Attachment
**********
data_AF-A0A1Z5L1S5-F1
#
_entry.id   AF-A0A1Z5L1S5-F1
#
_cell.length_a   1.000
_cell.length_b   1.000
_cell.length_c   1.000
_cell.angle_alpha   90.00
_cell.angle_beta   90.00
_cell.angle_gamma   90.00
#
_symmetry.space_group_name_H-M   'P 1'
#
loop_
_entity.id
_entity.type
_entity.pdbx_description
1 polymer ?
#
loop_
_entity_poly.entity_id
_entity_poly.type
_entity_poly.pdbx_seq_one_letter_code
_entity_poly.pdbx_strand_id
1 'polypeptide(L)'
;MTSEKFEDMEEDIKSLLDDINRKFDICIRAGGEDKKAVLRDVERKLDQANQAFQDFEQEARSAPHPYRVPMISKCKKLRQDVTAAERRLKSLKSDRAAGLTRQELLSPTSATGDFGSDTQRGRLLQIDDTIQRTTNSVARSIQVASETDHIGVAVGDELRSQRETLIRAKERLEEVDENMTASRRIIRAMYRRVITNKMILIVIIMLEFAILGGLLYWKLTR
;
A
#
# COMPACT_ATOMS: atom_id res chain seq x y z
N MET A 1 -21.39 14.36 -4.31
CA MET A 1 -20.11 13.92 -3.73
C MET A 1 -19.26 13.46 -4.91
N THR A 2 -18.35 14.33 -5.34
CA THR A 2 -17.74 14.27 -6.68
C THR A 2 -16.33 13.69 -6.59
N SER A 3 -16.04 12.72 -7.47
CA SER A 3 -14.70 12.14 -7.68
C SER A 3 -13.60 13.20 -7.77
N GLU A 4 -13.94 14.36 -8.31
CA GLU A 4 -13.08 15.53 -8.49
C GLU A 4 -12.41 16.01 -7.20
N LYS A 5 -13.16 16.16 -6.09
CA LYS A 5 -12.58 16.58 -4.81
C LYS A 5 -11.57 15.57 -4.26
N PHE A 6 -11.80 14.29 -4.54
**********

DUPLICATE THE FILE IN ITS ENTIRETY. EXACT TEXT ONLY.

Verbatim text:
data_AF-A0A1Z5L1S5-F1
#
_entry.id   AF-A0A1Z5L1S5-F1
#
_cell.length_a   1.000
_cell.length_b   1.000
_cell.length_c   1.000
_cell.angle_alpha   90.00
_cell.angle_beta   90.00
_cell.angle_gamma   90.00
#
_symmetry.space_group_name_H-M   'P 1'
#
loop_
_entity.id
_entity.type
_entity.pdbx_description
1 polymer ?
#
loop_
_entity_poly.entity_id
_entity_poly.type
_entity_poly.pdbx_seq_one_letter_code
_entity_poly.pdbx_strand_id
1 'polypeptide(L)'
;MTSEKFEDMEEDIKSLLDDINRKFDICIRAGGEDKKAVLRDVERKLDQANQAFQDFEQEARSAPHPYRVPMISKCKKLRQDVTAAERRLKSLKSDRAAGLTRQELLSPTSATGDFGSDTQRGRLLQIDDTIQRTTNSVARSIQVASETDHIGVAVGDELRSQRETLIRAKERLEEVDENMTASRRIIRAMYRRVITNKMILIVIIMLEFAILGGLLYWKLTR
;
A
#
# COMPACT_ATOMS: atom_id res chain seq x y z
N MET A 1 -21.39 14.36 -4.31
CA MET A 1 -20.11 13.92 -3.73
C MET A 1 -19.26 13.46 -4.91
N THR A 2 -18.35 14.33 -5.34
CA THR A 2 -17.74 14.27 -6.68
C THR A 2 -16.33 13.69 -6.59
N SER A 3 -16.04 12.72 -7.47
CA SER A 3 -14.70 12.14 -7.68
C SER A 3 -13.60 13.20 -7.77
N GLU A 4 -13.94 14.36 -8.31
CA GLU A 4 -13.08 15.53 -8.49
C GLU A 4 -12.41 16.01 -7.20
N LYS A 5 -13.16 16.16 -6.09
CA LYS A 5 -12.58 16.58 -4.81
C LYS A 5 -11.57 15.57 -4.26
N PHE A 6 -11.80 14.29 -4.54